When it comes time to shop for engagement rings, you probably know your partner well enough to know what they might like. But if you don’t or you’re confused by all the unfamiliar words and designs that get thrown around, don’t worry because we’re here to help.
From picking the ring itself through to deciding on the gem, this all-purpose guide will be your best friend and event planner all in one!
This is always the first question that most people think about when they decide to pop the question, and the thing is, the answer will differ for everyone. There’s an old wives tale that says that your engagement ring should cost the equivalent of three months' salary, but we think that’s far too outdated – that means if you earn over $100,000 p.a., you’re paying at least $20,000 on the ring alone!
Now don’t get us wrong. If you want to splurge on your (hopefully!) future spouse, go right ahead. There are definitely ways to finance an engagement ring if you've got your heart set on one a little out of your regular range. There’s no hard and fast rule about how much you "need" to spend on a ring and it really depends on your budget, your partner’s taste and your situation. Don’t forget, once the ring is bought and the question is asked, there’s still a whole wedding to pay for.
This is the best starting point. Have a look at the rest of your partner's jewellery and figure out what they normally go for. Trust me, if you buy something in yellow gold and they only wear white gold, you're going to be in far more trouble than you might expect because it'll seem as though you don't know them.
Yellow gold is the traditional choice so it will definitely be the easiest option if you’re after variety. Almost all jewellery retailers sell yellow gold rings and you can get pretty much any stone or setting in that metal due to its popularity.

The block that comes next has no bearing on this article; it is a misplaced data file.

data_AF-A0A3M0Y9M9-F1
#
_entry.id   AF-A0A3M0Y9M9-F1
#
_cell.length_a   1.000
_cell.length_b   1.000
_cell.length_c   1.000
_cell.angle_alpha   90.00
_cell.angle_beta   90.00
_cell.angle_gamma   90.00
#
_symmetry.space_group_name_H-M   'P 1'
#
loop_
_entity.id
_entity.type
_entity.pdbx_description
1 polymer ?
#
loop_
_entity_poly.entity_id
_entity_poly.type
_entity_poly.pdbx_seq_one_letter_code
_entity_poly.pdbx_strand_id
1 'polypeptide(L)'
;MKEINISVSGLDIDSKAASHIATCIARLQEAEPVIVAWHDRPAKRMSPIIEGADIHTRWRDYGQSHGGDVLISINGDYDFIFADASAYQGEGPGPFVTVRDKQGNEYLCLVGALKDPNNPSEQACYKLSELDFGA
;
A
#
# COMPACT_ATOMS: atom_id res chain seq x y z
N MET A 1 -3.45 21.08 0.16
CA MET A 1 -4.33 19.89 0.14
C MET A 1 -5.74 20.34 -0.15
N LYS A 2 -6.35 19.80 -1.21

White gold is a popular option for people who prefer silver jewellery but want the longevity and prestige of a gold ring. A lot of retailers will have this as an option, and even if the display ring that you like isn’t in white gold, it can often be made to order.
Rose gold is a sneaky outside option that has become more and more popular over the last few years. A much more feminine look, rose gold is starting to get stocked more consistently in stores and creates a look that isn’t quite as traditional as yellow, but still elegant.
Choosing a gemstone is one of the most exciting parts of picking out the ring. Not only do you have to decide on whether your love is a traditional "diamond or nothing" kind of person, but you can also experiment with colour and find something that works for your price range. Maybe your future spouse is a bit more daring and prefers onyx or pearl to the traditional gems. No matter what you're after, these stones are incredibly popular and easy enough to find in stores.
This is where most people start to get a bit more confused. The type of gemstone cut refers to the shape of the actual stone in the ring. Traditionally most rings are round or oval, but there are plenty of alternatives if you want to get a little bit more unique. It's also important to remember that whatever style cut you choose, you'll have to find a wedding band that fits along with it.
There's no reason why men can't wear engagement rings, though traditionally this wasn't always the case.
A lot of the traditions associated with weddings and engagements stem from a time period that was particularly patriarchal, but in a society that is far more accepting not only of men being more feminine, but also of LGBTQIA+ marriage and equality, there's no reason you can't get your man a ring.
Plus, if you're in a heterosexual relationship, there's no reason the woman can't propose!
Top tip: If your fellow works outside, opt for a ring made of titanium or tungsten. These metals are a lot more durable and will stand the test of time.
if you opt to go with a diamond, you'll need to know a little bit more about how they're chosen. This refers to the four Cs of diamonds: cut, clarity, colour and carat.
Cut: as described above, the cut of the diamond affects its proportion and the dispersion of light
Clarity: This is determined by the amount of flaws in the diamond as seen under strong magnification
Colour: You can actually get diamonds in most colours, but the goal is to strive for colourless
Carat: This determines the rarity of the diamond and is determined by its weight
It's also important to know that some people are against the use of diamonds due to the ethical concerns with diamond mining. If your love is environmentally-conscious and has a strong stance on human rights, it might be wise to choose an alternative stone.
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